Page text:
Oliver Spier, Photography Technician

Olivier Spier, a photography technician and TSS team member, discusses his role at LSBU and the new working group he's setting up for arts technicians.

How long have you worked at LSBU?

I’ve worked at LSBU for 5 years as a photography technician. I manage 10 spaces across the campus within Elephant Studios, including five specialist print labs in the Keyworth Centre, four photographic studios and a base room.

Could you tell us a bit about the facilities you work in?

Elephant Studios originally opened in 2016, in the London Road Building (now LSBU Hub), but moved to its current home in Borough Road in 2018.

I have a wide range of specialist equipment available in each of the spaces under my supervision, all tailored to the courses they are housed in. The spaces I look after are used by Photography, Fashion, Creative Advertising and Engineering students.

The spaces provide an industry standard environment for students to be able to come in and produce high quality work, learning skills which they can directly take with them when leaving LSBU in search of jobs within the creative industries. Overall, around £5 million was invested into the studios.

One of the most recent pieces of kit we’ve been able to install is the Flextight X5 film scanner into one of the print labs. It's capable of super high resolution film scans, from 35mm to as far as 5x4, as is suitable for billboards. This is mainly utilised by the Level 6 photography students when working on their major project.

What do you do day-to-day as part of your job?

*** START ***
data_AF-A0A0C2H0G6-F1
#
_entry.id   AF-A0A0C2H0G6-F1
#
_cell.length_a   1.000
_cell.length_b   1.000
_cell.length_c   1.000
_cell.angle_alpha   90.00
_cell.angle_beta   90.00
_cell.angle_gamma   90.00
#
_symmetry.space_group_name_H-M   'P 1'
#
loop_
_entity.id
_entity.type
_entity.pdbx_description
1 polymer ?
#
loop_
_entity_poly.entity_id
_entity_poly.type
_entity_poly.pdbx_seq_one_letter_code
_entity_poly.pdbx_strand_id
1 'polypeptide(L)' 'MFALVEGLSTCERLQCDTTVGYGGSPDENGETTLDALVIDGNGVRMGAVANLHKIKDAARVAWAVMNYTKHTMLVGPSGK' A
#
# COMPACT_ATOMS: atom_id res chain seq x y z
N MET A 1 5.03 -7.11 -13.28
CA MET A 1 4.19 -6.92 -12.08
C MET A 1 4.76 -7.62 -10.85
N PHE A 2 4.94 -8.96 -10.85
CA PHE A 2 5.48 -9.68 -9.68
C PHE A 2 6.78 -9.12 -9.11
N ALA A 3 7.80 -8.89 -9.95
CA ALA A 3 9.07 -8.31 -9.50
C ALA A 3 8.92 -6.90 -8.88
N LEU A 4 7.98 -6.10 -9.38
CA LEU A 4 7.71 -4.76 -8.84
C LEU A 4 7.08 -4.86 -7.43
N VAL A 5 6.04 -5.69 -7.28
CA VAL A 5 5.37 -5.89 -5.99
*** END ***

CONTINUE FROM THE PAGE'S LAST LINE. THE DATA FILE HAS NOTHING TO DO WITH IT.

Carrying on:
An average day for me will consist of a technical demonstration to a class of students – this could be anything from a digital photoshop class to a more practical specialist studio lighting workshop.

Usually, I will also have students working in the printing facilities where I am regularly needed to troubleshoot issues such as print quality, while maintaining stock of papers and inks. I run the large format print lab for the photography students, so I would also likely be printing and mounting large format work, particularly during the busy periods towards the end of the semester.

I also monitor our online booking system, SiSo, for any student bookings in the spaces under my remit which I will prepare and hand over the key to. Plus, I answer student queries about work or techniques, and general office administration tasks.

I’m very fortunate to be able to work across multiple schools at the University, which I think is fairly unique to my role. I thoroughly enjoy having the freedom to push the boundaries of my job, which has given me a huge breadth of experience across multiple disciplines.

You’re in the process of setting up an arts technicians working group. What’s motivated you to do this?

There are plenty of working groups out there, however, the majority I have found either focus on STEM related subjects, or the creative arts groups I have found have a specific emphasis on theory and pedagogy. I think these topics are important for any group, but I haven’t been able to find any that offer a space for a more technical arts discussion over a theoretical one.

What are your future plans for the working group?

The purpose of setting up an arts technician working group is to provide a space for art techs to discuss and share best practices, along with plan any ideas for specialist workshops we may be interested in undertaking.

It provides a space for us to find commonality within our specialist roles, as each art technicians role is so varied. I think that there can sometimes be a mentality of a technician to bury ourselves in our work and not have time to develop our own personal projects, but this can provide a way for us, as practitioners, to share and become excited about projects we are working on and gain feedback to help us develop our craft.

I am currently getting the group established at LSBU, and hope that the group might one day expand to other institutions in order to grow a vast creative network where techs of similar interests are able to express their ideas.


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